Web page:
Bill aims to reduce school crowding


In a move aimed at tackling the twin hot-button issues of residential development and crowded classrooms, a Baltimore County councilman is seeking to tighten the law that prevents builders from putting new homes near schools that have exceeded their capacity.

Councilman Joseph Bartenfelder, a Fullerton Democrat, plans to introduce a bill tomorrow to trigger building moratoriums in districts where a school's enrollment exceeds its capacity by 5 percent, down from the current 15 percent. Presently, 26 elementary, middle and high schools in the county exceed the proposed limit.

"There are a lot of problems out there that need to be addressed as far as new school construction," said Bartenfelder, whose district covers the northeast portion of the county. "This is a bill that would help not only the northeast, but also the northwest."

But the impact of the bill remains unclear. Bartenfelder's legislation does not address the major loopholes in the present law that allow developers to build near the county's most crowded schools. For example, homes could be built near a school that is over capacity if a nearby school is under capacity.

Crowding problems have been noted throughout the county. A report compiled last year for the Board of Education by DeJong & Associates examined high school enrollment and found that schools in the northeastern and central part of the county will be 850 seats short by the 2007-2008 school year. It also concluded that a new high school is needed to ease crowding in Perry Hall, Towson and other growing communities.

According to the report, six high schools will have serious crowding problems by 2007: Milford Mill, Perry Hall, Kenwood, Towson, Pikesville and Sparrows Point. Building a high school would relieve crowding at Perry Hall, Kenwood, Towson and Pikesville.

On the west side, New Town High School opened in September. Two years earlier, New Town Elementary School opened its doors with far more pupils than it was designed for. It remains hundreds of pupils over capacity. Both schools are in fast-growing Owings Mills.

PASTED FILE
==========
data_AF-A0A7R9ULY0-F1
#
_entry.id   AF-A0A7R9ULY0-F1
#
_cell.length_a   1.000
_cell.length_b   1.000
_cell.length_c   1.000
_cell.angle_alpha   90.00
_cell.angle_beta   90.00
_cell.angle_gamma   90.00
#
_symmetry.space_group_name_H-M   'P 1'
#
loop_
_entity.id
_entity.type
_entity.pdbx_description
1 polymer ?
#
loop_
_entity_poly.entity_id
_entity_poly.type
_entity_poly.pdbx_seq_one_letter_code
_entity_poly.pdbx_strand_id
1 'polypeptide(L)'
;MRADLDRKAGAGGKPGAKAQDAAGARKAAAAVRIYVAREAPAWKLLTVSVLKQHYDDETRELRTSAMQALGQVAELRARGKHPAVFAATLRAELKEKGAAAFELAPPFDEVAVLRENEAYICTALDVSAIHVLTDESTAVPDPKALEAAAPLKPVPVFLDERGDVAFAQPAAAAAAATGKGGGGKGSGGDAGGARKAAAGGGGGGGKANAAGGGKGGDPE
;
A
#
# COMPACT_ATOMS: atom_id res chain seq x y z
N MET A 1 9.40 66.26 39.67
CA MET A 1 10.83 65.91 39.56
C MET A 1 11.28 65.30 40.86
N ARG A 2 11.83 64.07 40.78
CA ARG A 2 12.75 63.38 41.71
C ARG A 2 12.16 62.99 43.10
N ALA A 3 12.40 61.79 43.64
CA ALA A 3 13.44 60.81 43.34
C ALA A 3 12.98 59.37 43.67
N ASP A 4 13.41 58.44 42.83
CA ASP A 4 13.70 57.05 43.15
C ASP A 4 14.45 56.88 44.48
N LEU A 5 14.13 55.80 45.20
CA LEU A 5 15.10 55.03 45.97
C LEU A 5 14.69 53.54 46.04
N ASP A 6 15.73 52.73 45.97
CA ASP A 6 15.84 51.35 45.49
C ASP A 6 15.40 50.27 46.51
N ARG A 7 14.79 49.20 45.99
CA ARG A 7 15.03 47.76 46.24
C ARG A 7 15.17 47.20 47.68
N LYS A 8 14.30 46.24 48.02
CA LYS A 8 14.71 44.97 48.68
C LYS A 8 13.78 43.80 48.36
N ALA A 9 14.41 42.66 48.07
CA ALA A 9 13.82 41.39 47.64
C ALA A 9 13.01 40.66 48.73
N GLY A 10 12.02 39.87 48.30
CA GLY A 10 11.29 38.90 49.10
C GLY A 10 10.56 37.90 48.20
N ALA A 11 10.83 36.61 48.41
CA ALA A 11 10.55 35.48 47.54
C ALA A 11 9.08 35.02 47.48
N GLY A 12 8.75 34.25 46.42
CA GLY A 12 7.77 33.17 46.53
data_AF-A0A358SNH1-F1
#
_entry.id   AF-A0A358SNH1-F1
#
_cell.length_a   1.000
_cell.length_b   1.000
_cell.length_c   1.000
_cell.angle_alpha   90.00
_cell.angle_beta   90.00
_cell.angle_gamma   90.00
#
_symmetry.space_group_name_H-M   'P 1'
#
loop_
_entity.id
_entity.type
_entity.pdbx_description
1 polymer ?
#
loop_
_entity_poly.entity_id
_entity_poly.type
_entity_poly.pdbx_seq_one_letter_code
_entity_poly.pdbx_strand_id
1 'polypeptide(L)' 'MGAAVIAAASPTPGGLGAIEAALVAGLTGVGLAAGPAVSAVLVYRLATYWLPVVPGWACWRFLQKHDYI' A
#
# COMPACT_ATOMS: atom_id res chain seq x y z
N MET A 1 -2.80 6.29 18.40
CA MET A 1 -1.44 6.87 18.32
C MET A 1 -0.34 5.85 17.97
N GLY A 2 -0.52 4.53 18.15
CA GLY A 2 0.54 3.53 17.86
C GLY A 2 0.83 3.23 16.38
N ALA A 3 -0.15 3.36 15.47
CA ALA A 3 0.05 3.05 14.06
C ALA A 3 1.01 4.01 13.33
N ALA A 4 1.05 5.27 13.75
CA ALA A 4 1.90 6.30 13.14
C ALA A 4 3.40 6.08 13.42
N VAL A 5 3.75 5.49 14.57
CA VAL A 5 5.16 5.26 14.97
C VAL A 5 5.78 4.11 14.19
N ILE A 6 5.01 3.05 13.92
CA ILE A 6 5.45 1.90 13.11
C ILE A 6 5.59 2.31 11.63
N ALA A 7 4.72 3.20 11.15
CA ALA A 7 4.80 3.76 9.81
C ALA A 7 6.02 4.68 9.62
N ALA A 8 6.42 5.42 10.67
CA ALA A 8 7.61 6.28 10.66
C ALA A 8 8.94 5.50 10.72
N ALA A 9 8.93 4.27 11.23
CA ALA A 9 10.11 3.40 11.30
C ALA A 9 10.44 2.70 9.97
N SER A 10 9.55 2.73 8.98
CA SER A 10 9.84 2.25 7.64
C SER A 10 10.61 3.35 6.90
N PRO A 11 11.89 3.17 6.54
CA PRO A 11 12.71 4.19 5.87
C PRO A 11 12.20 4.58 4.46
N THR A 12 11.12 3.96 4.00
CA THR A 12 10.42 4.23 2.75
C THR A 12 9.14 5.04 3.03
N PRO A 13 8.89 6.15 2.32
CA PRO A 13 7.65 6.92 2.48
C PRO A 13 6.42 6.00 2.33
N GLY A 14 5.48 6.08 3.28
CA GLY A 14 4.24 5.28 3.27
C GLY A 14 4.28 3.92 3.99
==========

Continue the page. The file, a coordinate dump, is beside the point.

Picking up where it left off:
The school system says it needs to build at least two more elementary schools and a middle school on the west side.

The planning department only learned of Bartenfelder's bill last week and has not calculated how much of the county would be subject to the limits, said Arnold F. "Pat" Keller, the department's director.

Renee Samuels, a spokeswoman for County Executive James T. Smith Jr., said he is waiting to see what effect the bill would have before deciding whether to support it.

Bartenfelder is rumored to be considering a primary challenge to Smith in 2006, and he broadly hinted that a countywide run was on his mind in introducing this bill. He said that he is "not yet" in a position to decide where school construction funding should be used -- a role reserved for the executive -- and that he was "not trying to see things with a parochial vision" in drafting a measure that would appeal to voters countywide.

His proposal has sparked interest from other council members. Kevin Kamenetz, a Pikesville-Ruxton Democrat, said he has offered suggestions to Bartenfelder, and Council Chairman Stephen G. Samuel Moxley, a Catonsville Democrat, said he has signed on as a co-sponsor.

"We have all been dealing with overcrowded schools," Moxley said. "I think by introducing this bill and moving forward with it, folks are going to have to make the difficult decisions."

Kamenetz said he has asked the auditor to determine the impact of the bill. The county needs to do something about crowding, he said, and this bill represents a partial solution.

"Part of the problem is, you can start denying the building permits, but the second part of the equation has to be, where do we find the additional funds to reduce overcrowding at schools that have reached capacity?" Kamenetz said.

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